They told her how they had left Firm Island with the message that the lords there had sent to King Lisuarte, and everything that happened with him, and how they had reached no agreement on any issue; so they left out nothing. And when they were returning, the great storm of that previous night had brought them there, and they considered their efforts and labors well employed, since by that means they could serve her and protect her until she arrived where she wished.

The Queen told them:

“Indeed, I have not been very safe, not with the great fright of the storm as ye say, for truly, I thought we would never escape it, but as my ship is very strong and big, and its anchors and ropes very stout, it pleased the will of God that the tempest could never break them nor move them. And as for what ye say about King Lisuarte, I knew from my majordomo Tantiles that ye had gone to him on that mission, and I held it as a fact that since this was a King so constant and whom fortune has favored so completely and has exalted in everything, he would consider the cause of Oriana very seriously and would prefer to test and prove his might rather than formalize any agreement. And for this cause I decided to call together all my kingdom and all my friends beyond it, and with urgency I asked and ordered them to be prepared and supplied for war when my letter arrives. I left them all with a great desire to serve me, and I left my majordomo with them to guide them and bring them. And meanwhile I thought it would be good to go myself to Firm Island to be with Princess Oriana and to undergo with her the fate that God gives her. This is the reason why ye find me here, and I am very happy because we shall go together.”

“My lady,” said Sir Brian of Monjaste, “nothing is expected from such a fine and beautiful lady as you except all virtue and nobility, just as your good works deserve.”

The Queen asked them to order their ship to travel next to hers and that they be with her, and so they did, and they were lodged in a very fine chamber, and they always ate at her table with her, speaking of the things that pleased them most.

So as I tell you, they sailed through the sea toward Firm Island.

Now know here that when Abiseos, the Queen’s uncle, was killed along with his two sons by Amadis and Agrajes in revenge for his murder of the King, who was Abiseos’ brother and Briolanja’s father, which returned the kingdom to her, as has been told more extensively in the first book of this story, there was another son, very young, whom a loyal knight raised. This youth was now a strong and brave knight, to judge by what passed in the great confrontations in which he found himself. And from the time in which he was very young, he never thought nor did discretion give him the opportunity to do anything else but bear arms and procure his own advantage.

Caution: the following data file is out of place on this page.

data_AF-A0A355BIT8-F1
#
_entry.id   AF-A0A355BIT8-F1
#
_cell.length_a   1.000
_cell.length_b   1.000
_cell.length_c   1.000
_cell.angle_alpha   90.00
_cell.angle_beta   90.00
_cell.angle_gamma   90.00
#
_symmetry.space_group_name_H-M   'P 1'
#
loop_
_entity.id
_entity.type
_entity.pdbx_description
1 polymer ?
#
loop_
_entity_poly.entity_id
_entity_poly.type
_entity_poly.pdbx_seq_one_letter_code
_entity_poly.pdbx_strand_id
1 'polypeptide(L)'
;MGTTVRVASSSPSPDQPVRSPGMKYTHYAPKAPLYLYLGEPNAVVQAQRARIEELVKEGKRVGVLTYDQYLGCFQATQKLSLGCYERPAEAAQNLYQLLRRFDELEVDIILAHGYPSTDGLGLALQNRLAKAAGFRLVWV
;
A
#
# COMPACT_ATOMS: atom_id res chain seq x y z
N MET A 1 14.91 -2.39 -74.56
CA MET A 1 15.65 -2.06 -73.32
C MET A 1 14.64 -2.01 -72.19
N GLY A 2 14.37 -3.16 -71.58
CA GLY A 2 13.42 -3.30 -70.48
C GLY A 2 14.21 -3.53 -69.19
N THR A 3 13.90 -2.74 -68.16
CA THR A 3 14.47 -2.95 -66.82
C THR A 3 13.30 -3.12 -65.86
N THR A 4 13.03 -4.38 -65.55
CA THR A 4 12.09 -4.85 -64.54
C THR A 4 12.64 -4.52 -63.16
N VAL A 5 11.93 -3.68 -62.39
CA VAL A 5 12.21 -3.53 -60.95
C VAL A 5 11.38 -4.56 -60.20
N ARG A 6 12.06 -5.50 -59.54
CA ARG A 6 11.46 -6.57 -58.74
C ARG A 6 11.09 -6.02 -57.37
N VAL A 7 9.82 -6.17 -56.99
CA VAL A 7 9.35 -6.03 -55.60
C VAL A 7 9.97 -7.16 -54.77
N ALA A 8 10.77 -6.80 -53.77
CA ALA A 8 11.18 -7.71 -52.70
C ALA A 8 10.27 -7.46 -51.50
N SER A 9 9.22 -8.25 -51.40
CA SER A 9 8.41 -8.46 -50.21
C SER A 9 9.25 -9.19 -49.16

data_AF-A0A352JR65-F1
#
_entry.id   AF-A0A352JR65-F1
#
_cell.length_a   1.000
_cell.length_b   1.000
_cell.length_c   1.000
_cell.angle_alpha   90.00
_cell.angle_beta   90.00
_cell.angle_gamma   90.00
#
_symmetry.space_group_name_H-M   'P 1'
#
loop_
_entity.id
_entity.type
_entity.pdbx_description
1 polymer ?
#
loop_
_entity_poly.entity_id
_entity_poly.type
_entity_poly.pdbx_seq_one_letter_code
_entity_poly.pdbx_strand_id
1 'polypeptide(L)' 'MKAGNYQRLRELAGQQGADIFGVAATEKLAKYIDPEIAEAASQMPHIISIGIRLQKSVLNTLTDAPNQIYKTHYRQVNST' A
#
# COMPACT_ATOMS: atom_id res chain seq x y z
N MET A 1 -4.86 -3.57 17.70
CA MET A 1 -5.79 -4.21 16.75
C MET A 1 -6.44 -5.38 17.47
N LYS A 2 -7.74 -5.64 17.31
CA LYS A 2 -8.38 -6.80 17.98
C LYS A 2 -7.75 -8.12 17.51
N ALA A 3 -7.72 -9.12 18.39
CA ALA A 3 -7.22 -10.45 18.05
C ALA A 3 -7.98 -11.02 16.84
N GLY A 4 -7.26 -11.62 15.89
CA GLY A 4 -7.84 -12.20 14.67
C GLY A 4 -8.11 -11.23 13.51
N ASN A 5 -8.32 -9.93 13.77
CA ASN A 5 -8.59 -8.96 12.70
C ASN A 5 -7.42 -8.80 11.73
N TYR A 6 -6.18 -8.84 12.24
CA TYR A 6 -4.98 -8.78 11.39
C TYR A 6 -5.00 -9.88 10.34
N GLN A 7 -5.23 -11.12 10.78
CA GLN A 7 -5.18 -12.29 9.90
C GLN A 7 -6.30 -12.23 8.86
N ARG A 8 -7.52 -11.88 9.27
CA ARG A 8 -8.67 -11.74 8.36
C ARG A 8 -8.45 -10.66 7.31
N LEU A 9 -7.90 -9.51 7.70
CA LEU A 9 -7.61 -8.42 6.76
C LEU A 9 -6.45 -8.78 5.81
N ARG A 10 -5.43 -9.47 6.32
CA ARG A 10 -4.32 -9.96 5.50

And now that he was older, he had spent time with some of his father’s servants who had fled, and they told him about the death of his father and his brothers and how the kingdom of Sobradisa by rights was his, and Queen Briolanja had taken it by force. And they said that if he had the courage to set right such an important concern for him as he had for other matters, with a little effort he could recover that loss and become a great lord, by returning to the kingdom or by finding another means, so that honorably, as the son of whom he was, he could take it.

And so this knight, who was named Trion, was now greedy to rule and continually thought about what his father’s servants had told him, waiting for the proper time when he could achieve his desire. As he had now learned of the great discord between King Lisuarte and Amadis, he thought that Amadis would be so occupied by it that he would not concern himself with anything else, and even if he were to, his might would not be enough to provide aid everywhere, since he had revolted against such great men.

And since that knight was the greatest obstacle before him, and knowing that Queen Briolanja had departed with a small company, for on board her ship she brought no more than twenty fighting men, and none of them with much experience, he left immediately from the stronghold castle that his father Abiseos had left him, which was all that he had possessed when he had killed his brother the King. He went to the home of some friends, and without telling them why, he gathered some fifty well-armed men and some crossbow men and some archers. He equipped two ships and set out to sea with the intention of capturing the Queen and with her gaining great advantage, and if he saw the chance, to take the entire kingdom.